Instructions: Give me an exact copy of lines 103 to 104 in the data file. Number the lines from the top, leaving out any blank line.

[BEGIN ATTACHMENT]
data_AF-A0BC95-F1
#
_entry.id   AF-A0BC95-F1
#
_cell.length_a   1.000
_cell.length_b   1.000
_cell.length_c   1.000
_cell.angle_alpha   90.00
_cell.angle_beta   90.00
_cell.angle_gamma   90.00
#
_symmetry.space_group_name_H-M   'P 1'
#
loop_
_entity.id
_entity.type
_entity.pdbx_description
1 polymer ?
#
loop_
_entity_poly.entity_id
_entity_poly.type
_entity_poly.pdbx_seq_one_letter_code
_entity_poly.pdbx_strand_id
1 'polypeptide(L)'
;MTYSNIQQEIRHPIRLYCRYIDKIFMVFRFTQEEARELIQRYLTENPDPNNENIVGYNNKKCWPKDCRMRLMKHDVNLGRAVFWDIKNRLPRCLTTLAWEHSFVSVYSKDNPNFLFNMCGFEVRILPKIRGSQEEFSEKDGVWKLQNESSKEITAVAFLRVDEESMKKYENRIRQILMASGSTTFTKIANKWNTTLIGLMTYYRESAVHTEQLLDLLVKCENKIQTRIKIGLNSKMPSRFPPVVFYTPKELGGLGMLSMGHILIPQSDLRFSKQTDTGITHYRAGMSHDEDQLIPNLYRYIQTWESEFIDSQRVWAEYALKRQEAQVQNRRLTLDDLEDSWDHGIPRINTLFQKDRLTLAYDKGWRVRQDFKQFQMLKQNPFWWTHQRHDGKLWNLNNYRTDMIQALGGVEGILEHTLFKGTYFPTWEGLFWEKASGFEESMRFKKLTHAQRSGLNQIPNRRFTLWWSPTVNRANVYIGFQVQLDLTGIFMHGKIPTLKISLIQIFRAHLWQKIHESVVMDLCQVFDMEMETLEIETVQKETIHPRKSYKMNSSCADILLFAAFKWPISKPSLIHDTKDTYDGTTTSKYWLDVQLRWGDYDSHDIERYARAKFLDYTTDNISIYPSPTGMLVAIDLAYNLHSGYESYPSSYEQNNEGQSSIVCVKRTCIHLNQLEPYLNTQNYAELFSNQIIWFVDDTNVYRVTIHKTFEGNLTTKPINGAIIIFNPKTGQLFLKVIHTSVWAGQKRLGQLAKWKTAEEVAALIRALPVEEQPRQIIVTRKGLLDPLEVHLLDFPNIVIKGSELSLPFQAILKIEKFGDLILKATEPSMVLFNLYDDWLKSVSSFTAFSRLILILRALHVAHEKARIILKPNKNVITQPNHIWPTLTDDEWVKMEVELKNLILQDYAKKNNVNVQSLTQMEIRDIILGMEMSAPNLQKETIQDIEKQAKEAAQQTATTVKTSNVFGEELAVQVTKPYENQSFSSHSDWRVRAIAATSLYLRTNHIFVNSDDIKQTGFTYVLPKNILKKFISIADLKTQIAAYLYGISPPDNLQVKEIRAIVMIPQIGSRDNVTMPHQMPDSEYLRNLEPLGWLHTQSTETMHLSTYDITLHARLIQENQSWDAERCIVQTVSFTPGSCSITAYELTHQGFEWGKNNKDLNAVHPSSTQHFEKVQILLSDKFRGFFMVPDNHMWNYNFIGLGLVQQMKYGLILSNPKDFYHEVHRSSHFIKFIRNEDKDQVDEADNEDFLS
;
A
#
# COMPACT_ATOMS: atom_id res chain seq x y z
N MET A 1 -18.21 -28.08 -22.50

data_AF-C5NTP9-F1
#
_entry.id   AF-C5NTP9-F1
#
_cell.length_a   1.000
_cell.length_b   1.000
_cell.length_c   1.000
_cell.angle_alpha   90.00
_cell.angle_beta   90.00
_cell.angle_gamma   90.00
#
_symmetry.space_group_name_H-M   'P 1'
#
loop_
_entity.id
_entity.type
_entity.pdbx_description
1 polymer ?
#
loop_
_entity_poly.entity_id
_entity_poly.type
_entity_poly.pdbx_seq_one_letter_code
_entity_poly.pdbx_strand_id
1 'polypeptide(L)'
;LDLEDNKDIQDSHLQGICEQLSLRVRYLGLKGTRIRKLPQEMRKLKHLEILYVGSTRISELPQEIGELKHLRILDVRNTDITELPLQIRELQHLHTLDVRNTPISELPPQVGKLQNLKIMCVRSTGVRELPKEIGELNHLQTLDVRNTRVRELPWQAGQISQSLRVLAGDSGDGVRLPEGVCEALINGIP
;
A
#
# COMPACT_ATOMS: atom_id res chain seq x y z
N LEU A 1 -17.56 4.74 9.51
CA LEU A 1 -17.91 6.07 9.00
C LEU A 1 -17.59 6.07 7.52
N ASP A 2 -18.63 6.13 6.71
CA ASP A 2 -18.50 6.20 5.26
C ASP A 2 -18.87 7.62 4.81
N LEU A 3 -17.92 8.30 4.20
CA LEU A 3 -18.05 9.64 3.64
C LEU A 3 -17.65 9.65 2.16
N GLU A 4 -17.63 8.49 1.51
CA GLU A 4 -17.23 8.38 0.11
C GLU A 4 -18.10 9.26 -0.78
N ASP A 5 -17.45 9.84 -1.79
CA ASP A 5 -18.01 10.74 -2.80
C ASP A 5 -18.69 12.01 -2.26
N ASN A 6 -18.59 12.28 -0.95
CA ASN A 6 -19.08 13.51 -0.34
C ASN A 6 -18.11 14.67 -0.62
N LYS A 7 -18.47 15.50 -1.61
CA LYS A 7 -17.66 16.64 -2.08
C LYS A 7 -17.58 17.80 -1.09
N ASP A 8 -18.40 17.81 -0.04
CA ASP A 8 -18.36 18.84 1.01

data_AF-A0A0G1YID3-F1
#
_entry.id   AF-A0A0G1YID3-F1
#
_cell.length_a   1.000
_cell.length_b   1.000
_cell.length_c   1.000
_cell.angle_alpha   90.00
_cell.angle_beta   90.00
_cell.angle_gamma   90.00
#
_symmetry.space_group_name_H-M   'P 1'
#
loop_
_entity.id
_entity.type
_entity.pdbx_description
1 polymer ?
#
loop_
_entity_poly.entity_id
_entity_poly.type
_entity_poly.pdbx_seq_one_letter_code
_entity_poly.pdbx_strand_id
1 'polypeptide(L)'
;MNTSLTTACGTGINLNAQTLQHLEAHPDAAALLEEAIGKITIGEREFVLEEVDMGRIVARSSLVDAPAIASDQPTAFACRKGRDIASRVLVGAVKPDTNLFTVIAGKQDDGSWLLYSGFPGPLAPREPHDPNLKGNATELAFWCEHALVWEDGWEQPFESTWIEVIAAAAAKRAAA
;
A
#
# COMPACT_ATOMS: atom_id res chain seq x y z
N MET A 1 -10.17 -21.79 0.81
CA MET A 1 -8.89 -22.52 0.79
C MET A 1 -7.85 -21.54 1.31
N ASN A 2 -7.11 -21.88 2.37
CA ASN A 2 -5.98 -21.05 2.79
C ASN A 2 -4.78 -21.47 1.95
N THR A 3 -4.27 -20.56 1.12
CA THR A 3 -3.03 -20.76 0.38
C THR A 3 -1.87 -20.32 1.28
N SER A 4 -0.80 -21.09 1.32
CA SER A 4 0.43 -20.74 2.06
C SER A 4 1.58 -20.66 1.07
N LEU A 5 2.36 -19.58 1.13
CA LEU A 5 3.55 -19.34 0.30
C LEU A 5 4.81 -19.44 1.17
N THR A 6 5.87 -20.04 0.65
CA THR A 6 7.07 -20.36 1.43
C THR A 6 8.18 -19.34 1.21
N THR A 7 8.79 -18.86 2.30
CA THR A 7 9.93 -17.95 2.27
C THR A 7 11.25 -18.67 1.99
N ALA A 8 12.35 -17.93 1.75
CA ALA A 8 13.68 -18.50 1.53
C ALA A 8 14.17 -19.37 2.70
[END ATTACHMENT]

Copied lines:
#
loop_